General Assembly to convene tomorrow with goal of bringing state law into compliance with U.S. Supreme Court decision on defendant’s right to confront witnesses.

Richmond, VA – The ACLU of Virginia has asked state legislators to fully embrace a new U.S. Supreme Court ruling that affirms the right of defendants’ to confront experts who present forensic evidence against them.
HB 5007 and SB 5003 are attempts to bring Virginia Code into compliance with the recent U.S. Supreme Court ruling in Melendez-Diaz v. Massachusetts by adopting a “notice and demand” scheme in which prosecutors must notify defense attorneys of their intent to submit a written forensics report as evidence, but only produce the author of the report in court if the defense requests it.
The ACLU of Virginia is asking legislators to amend the proposed legislation to require such witnesses to appear in court unless the defense expressly waives the right to examine the witness in court.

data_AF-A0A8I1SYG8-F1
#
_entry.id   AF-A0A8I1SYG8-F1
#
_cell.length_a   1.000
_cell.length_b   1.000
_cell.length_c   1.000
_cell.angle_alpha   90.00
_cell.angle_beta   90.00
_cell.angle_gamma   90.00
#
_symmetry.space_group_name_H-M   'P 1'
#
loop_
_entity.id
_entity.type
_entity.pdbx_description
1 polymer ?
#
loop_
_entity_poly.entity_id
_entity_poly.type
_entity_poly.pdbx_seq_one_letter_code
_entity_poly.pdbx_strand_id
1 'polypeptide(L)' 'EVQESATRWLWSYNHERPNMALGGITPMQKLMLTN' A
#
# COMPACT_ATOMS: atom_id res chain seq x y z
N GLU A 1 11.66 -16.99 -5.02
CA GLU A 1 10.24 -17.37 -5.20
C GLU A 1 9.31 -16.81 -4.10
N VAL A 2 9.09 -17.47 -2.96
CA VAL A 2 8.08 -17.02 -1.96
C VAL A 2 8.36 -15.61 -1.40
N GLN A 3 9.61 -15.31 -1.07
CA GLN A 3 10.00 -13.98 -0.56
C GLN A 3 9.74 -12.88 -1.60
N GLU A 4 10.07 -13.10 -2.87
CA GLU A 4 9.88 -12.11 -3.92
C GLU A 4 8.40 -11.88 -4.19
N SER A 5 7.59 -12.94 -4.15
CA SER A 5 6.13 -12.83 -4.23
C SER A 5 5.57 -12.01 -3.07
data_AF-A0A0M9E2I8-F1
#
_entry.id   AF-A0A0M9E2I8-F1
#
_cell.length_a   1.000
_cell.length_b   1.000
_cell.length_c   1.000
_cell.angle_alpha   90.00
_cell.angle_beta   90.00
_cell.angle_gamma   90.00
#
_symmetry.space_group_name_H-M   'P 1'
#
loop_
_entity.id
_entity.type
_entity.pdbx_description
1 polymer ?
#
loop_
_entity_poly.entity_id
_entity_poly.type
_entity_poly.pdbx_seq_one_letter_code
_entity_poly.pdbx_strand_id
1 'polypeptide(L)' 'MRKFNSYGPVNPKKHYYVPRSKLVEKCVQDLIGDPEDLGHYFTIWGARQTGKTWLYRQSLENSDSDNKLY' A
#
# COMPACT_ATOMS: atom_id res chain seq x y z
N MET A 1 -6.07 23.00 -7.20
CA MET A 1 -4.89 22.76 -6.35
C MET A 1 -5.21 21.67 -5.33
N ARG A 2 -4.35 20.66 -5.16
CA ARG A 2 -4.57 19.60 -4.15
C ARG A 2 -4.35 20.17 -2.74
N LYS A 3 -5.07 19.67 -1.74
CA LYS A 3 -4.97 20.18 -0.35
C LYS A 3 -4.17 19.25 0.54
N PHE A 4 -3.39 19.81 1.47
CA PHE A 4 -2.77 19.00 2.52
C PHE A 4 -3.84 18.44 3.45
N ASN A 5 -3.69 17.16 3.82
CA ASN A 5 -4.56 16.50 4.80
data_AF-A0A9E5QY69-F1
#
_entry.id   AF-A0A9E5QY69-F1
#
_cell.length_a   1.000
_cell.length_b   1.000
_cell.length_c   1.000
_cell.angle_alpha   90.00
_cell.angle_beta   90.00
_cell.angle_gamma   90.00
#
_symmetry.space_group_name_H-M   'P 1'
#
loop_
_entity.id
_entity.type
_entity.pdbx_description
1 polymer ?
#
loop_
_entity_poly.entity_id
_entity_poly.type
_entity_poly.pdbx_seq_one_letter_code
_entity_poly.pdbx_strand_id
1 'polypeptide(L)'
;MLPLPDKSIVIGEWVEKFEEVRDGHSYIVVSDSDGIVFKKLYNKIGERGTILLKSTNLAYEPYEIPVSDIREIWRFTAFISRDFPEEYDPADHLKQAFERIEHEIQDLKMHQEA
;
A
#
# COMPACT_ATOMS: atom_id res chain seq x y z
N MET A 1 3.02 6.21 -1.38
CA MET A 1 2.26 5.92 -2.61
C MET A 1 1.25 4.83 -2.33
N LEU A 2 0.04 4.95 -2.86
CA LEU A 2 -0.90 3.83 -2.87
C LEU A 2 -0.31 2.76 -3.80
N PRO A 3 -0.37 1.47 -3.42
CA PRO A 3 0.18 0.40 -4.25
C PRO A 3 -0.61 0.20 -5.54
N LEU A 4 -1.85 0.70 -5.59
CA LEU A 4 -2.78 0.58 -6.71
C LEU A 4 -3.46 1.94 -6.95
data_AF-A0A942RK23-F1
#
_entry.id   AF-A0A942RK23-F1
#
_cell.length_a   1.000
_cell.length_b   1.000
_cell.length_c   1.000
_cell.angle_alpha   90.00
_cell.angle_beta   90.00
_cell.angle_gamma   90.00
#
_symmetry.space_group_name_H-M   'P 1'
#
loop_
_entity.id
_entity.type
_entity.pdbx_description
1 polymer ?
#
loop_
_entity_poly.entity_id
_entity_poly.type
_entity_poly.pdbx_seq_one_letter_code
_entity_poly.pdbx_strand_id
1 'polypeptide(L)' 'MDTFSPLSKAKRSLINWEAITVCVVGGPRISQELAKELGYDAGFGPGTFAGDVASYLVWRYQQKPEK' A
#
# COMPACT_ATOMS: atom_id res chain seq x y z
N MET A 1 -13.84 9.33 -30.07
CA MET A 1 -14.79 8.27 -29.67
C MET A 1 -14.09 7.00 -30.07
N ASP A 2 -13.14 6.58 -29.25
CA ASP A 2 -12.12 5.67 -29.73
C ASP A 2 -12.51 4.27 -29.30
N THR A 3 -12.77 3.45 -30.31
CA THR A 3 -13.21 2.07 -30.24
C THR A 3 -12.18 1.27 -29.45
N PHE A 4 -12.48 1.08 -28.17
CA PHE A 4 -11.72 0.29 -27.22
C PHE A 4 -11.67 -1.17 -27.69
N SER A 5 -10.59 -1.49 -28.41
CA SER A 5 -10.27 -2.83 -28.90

“The right to confront witnesses against you is not some nebulous entitlement implied or hinted at by the Constitution,” said ACLU of Virginia Executive Director Kent Willis. “It is explicitly stated in the Sixth Amendment, and it is a shame that we have allowed thousands of cases to proceed in which the experts, who often provided the most importance evidence against defendants, were not required to appear in court.”
“The constitutional right to confront witnesses, like any constitutional right, should never be relinquished by default,” added Willis. “Can you imagine the First Amendment being interpreted to mean that you could lose the right to free speech unless you respond to a notice from a government official indicating you want to keep it?”
The ACLU is also concerned about provisions in HB 5007 and SB 5003 that allow trials to be delayed when the defense requests that a forensic expert appear in court.
“The constitution guarantees both a speedy trial and the right to confront witnesses,” added Willis. “Criminal defendants should not be forced to choose one or the other.”
A third concern for the ACLU is that the proposed legislation does not explicitly state that the cost for producing such witnesses will be borne by the state.

Contact: Kent Willis, (office) 804-644-8022

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